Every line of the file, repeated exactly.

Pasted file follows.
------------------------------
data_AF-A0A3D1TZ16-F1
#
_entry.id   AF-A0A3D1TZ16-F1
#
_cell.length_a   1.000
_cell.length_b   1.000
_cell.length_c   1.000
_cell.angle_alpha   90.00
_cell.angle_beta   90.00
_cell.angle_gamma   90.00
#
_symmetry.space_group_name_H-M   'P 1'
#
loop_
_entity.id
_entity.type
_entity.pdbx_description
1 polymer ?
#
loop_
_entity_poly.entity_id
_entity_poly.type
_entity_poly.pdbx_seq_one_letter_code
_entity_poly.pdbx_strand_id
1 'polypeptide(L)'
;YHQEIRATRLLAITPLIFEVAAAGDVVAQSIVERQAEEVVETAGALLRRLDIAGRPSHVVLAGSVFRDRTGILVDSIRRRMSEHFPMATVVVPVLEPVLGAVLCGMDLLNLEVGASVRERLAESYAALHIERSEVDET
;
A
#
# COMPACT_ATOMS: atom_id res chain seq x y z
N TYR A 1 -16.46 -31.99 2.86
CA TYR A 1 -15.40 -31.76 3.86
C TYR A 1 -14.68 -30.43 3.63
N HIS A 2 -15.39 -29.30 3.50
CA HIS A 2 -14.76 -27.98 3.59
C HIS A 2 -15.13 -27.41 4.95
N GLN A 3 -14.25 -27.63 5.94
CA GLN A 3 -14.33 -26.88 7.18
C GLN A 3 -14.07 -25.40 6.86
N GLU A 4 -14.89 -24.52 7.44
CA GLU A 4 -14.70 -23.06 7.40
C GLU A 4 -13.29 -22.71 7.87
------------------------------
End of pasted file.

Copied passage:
data_AF-A0A3D1TZ16-F1
#
_entry.id   AF-A0A3D1TZ16-F1
#
_cell.length_a   1.000
_cell.length_b   1.000
_cell.length_c   1.000
_cell.angle_alpha   90.00
_cell.angle_beta   90.00
_cell.angle_gamma   90.00
#
_symmetry.space_group_name_H-M   'P 1'
#
loop_
_entity.id
_entity.type
_entity.pdbx_description
1 polymer ?
#
loop_
_entity_poly.entity_id
_entity_poly.type
_entity_poly.pdbx_seq_one_letter_code
_entity_poly.pdbx_strand_id
1 'polypeptide(L)'
;YHQEIRATRLLAITPLIFEVAAAGDVVAQSIVERQAEEVVETAGALLRRLDIAGRPSHVVLAGSVFRDRTGILVDSIRRRMSEHFPMATVVVPVLEPVLGAVLCGMDLLNLEVGASVRERLAESYAALHIERSEVDET
;
A
#
# COMPACT_ATOMS: atom_id res chain seq x y z
N TYR A 1 -16.46 -31.99 2.86
CA TYR A 1 -15.40 -31.76 3.86
C TYR A 1 -14.68 -30.43 3.63
N HIS A 2 -15.39 -29.30 3.50
CA HIS A 2 -14.76 -27.98 3.59
C HIS A 2 -15.13 -27.41 4.95
N GLN A 3 -14.25 -27.63 5.94
CA GLN A 3 -14.33 -26.88 7.18
C GLN A 3 -14.07 -25.40 6.86
N GLU A 4 -14.89 -24.52 7.44
CA GLU A 4 -14.70 -23.06 7.40
C GLU A 4 -13.29 -22.71 7.87